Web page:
While the first summit in seven years between China and Japan is a positive step toward more peace and prosperity in Asia, both sides are responding to a volatile strategic landscape, says Martin Fritz.
The historical rapprochement between China and Japan, the world's second- and third-largest economies respectively, is one of the most pivotal events for Asia in 2018 — second only to the "Cold War" on the Korean Peninsula prospectively coming to an end.
On Friday in Beijing, Japanese Prime Minister Shinzo Abe spoke about a shift from "competition to cooperation" as China's Premier Li Keqiang said the relationship was lifted to a "new phase of cooperation."
As with North Korea, there are legitimate concerns about China's sincerity in expanding cooperation. Even if this change of heart from Beijing is simply a tactical maneuver, Tokyo will have to take a leap of faith. Both countries are responding to the changing landscape in East Asia. The post-Second-World-War "pax Americana," symbolized by US troops in Japan and South Korea, could be coming to an end. This has loosened up the rigid balance of power in the region.
Friends in hard places
However, the concrete reason underpinning this Sino-Japanese détente is the trade war being waged by US President Donald Trump and the tariffs slapped on Chinese goods. The US government is also becoming more concerned about political and military issues vis á vis China.
In this situation, China needs new friends. The charm offensive from Beijing is a way to keep Tokyo from joining Washington's strategy of isolation.
Chinese President Xi Jinping surely has not given up his reservations about Shinzo Abe. The Chinese president sees Abe as a revisionist, who wants to gloss over Japanese crimes during World War II. Abe has pursued a more aggressive Japanese foreign policy, strengthening Japan's military for the first time in decades and opposing China's hegemonic claims in the region.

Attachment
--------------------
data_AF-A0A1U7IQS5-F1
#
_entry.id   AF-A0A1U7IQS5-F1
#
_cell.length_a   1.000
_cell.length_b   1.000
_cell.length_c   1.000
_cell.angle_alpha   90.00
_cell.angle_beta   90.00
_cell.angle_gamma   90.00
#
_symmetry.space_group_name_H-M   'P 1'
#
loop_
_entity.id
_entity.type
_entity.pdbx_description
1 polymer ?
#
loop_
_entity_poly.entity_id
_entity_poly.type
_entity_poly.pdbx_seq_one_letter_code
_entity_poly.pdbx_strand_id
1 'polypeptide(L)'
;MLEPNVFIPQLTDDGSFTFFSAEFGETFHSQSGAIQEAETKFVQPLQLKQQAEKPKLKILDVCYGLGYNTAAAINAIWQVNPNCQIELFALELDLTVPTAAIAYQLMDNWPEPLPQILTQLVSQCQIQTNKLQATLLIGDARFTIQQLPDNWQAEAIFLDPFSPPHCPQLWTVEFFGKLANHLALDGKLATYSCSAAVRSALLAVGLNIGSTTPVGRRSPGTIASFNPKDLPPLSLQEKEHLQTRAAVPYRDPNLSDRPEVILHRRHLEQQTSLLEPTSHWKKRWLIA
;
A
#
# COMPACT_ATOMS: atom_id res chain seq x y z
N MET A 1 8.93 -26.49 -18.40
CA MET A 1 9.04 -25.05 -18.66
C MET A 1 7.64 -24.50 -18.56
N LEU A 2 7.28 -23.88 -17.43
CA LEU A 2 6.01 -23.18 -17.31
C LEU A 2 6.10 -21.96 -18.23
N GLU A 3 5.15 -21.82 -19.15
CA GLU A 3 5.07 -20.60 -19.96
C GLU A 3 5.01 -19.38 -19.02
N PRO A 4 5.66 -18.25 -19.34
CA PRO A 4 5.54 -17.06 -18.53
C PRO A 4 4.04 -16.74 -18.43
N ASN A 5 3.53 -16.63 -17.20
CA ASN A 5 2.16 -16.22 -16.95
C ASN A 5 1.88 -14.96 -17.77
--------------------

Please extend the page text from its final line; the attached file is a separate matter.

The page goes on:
Despite these thorny issues, China's leaders can no longer ignore Abe. Along with Angela Merkel's Germany, Abe's Japan has become an important advocate for global cooperation.
Japan demonstrated this when it stayed on with the Trans-Pacific Partnership (TPP) trade agreement and played a major role in renegotiations after the US abandoned the deal. And the accelerated completion of the free trade agreement with the EU highlighted Abe's strong advocacy for open markets.
Caught in global rivalry
Japan fears heavy collateral damage if it becomes swept up in the growing US-China rivalry. China is Japan's most important trade partner, an important sales market and a major production center. Abe has been pushing for better relations with China for years, partly because of pressure from Japanese businesses.
With this latest reset in the relationship, Japan is recognizing China's rise as an economic giant. This is exemplified by the planned end of Japanese development aid to China, which began 40 years ago under the Treaty of Peace and Friendship. This is a gesture of fairness and equality from Japan, which, up to now, has often treated China with condescension.
If the spirit of this week's summit continues, it would be a boon for peace and prosperity in Asia. The danger of military conflict erupting over Japan's Senkaku islands, claimed by China as the Diaoyu islands, has also been diminished as both sides want to set up a hotline. Neither side is giving up their territorial claims, but they are cleverly putting them aside for now.
Cooperation on infrastructure projects is another promising development. Instead of bidding against each other on contracts, China and Japan can now work together, for example, on building high-speed rail systems in Thailand, Indonesia and elsewhere in the region.
Chinese cooperation with Japan on infrastructure means that rail lines, highways, airports and container ports will be built with better quality, fairer financing and more respect for environmental norms. These things have previously been ignored by China.
With this in mind, the nearly 50 agreements proposed by Beijing on projects and finance mechanisms are a sign of hope.
This rapprochement between China and Japan may not be a "historic turning point," as Abe said during the summit. But the thawing of relations is a starting point for big changes that could have far-reaching significance.